This is why our separated transportation budgeting system makes no sense. There is an affordable way to improve biking and walking safety and access on the Ballard Bridge: Use the space from one traffic lane for a cycle facility. However, as you note, people would very likely react negatively to that idea (especially freight). So why wouldn’t the budget for a more expensive solution not come from the freight or general roads budget? Why should it all come from the bike budget? Not building it where it makes sense is due to concerns from other road users, so the burden of funding it should not just be on the massively underfunded “bicycle program.”

        In reality, I’m guessing this is something the city would seek a grant for. But the point remains.

  6. Rodney Dwyer says:

    Get rid not ride

  7. Mike says:

    Hopefully they are also looking at how to raise the railing. When I’m on my bike, my center of gravity is about even with the top of the railing. I’m always afraid that one wrong move on the bridge will send me into the water.

    • Kirk from Ballard says:

      Maybe they should order the railings right now. Lack of railings is what is delaying the Thomas Street overpass…..

  8. PSF says:

    Questions I’d like to see answered by SBAB:

    What is the timeline for connecting W Galer ST in Magnolia with W Marina Pl down by the Elliot Bay marina?

    What is the timeline for completing the Chief Sealth Trail between S Myrtle Pl and S Webster St? The sharrows through the Holly Park neighborhood really don’t work.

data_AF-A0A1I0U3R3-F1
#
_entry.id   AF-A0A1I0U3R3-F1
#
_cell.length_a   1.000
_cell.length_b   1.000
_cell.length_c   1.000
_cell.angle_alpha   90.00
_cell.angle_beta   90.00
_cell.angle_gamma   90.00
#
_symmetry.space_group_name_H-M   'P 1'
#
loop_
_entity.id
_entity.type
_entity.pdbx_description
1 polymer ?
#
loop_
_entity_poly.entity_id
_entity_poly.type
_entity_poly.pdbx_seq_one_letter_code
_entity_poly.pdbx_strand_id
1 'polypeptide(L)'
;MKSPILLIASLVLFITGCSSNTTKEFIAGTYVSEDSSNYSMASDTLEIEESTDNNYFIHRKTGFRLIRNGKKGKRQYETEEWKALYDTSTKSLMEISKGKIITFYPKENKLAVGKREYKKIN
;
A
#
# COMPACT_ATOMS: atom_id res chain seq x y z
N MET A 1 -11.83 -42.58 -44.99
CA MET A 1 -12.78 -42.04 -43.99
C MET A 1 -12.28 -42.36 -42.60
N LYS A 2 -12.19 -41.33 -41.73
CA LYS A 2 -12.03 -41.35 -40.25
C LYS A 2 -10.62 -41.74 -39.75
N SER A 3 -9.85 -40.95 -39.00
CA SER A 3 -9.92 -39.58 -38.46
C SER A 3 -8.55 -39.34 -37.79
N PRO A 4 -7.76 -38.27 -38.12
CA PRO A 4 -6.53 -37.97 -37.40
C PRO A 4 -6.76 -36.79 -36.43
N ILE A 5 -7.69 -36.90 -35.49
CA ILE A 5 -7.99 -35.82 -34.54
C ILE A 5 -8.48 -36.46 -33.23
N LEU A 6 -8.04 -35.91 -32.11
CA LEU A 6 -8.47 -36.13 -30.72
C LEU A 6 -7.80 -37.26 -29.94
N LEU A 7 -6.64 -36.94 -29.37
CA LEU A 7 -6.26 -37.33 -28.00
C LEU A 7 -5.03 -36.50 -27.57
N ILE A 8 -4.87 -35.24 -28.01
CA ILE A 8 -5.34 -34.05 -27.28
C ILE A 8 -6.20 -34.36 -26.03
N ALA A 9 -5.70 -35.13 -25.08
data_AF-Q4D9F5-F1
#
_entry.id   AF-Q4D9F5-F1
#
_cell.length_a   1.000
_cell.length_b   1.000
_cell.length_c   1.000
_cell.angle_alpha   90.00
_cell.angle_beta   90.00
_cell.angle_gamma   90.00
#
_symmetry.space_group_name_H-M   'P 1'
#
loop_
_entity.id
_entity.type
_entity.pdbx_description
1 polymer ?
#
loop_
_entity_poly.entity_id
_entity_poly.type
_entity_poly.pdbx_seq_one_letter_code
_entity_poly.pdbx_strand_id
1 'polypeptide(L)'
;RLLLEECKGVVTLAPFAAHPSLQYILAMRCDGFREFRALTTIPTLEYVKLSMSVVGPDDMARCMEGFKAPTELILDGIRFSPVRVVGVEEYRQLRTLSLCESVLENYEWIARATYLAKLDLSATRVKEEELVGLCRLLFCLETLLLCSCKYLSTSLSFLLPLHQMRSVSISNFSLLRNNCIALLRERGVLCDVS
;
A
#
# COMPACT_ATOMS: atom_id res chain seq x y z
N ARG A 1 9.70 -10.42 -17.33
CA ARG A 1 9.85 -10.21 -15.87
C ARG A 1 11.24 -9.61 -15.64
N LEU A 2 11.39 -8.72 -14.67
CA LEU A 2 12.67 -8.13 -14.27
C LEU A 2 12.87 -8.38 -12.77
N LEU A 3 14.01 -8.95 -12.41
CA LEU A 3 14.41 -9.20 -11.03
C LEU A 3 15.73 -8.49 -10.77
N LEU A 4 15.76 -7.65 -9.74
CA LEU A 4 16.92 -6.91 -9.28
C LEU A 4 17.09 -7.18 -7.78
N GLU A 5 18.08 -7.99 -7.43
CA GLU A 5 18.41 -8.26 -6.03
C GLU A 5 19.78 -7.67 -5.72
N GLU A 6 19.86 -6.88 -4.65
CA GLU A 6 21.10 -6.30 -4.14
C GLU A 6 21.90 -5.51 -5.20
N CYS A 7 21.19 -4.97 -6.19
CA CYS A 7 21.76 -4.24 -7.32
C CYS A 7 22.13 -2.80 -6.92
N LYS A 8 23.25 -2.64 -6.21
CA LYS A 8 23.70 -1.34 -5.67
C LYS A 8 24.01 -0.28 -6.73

9. Rick Peterson says:

    Maybe even removing one of the 4 vehicle lanes to make room for bike lanes on both sides of the bridge deck, then making one of the remaining 3 lanes a reversible lanes during certain times of that day might work as a temp solution. Is something like this being considered?

  10. Darren says:

    The painting project probably won’t be finished until 2018, so let’s not get our hopes up about a solution to the bridge itself…

    • Mondoman says:

      Yep! Burnt out lights on the bridge have been a problem for years; rather than getting better, I noticed that in recent months they’ve taken to removing the actual light poles on the west side of the bridge.

  11. Newsie says:

    PSF, I contacted the city on your question about the Magnolia connection, and was told there hasn’t been any evaluation or development work to look at feasibility, costs, etc. I was told to provide feedback via the Bike Master Plan survey. Not the answer I was hoping for!

  12. AS says:

    I would be very surprised if the structure could not support widening the sidewalks. The pavement could be lightened and older structures often have reserve capacity. The more complicated part of the solution is the historic nature of the bridge and the environmental concerns. On the positive side, all of these challenges were overcome when they added first curb barriers and then fencing to the Aurora Bridge.
    My biggest concern is that they’d better hurry up. The best time to do the construction is when they are already working on the bridge and all the environmental permits are in place to do so. Unfortunately, design of the seismic retrofit of the Ballard Bridge is 90% complete, which is not a good point in time to add complexity, but in my opinion, better than removing a vehicle lane or doing nothing.

  13. anonymous says:

    I was reading more about this study at http://www.abam.com/blog/2012/07/improving-the-ballard-bridge-for-non-motorists. Hope this project finds some resolution… I deliberately go out of my way not to cross this bridge on my bicycle.

  14. Kirk says:

    Just looking back. Two years later, and still nothing has been done to improve the Ballard Bridge. Not one thing.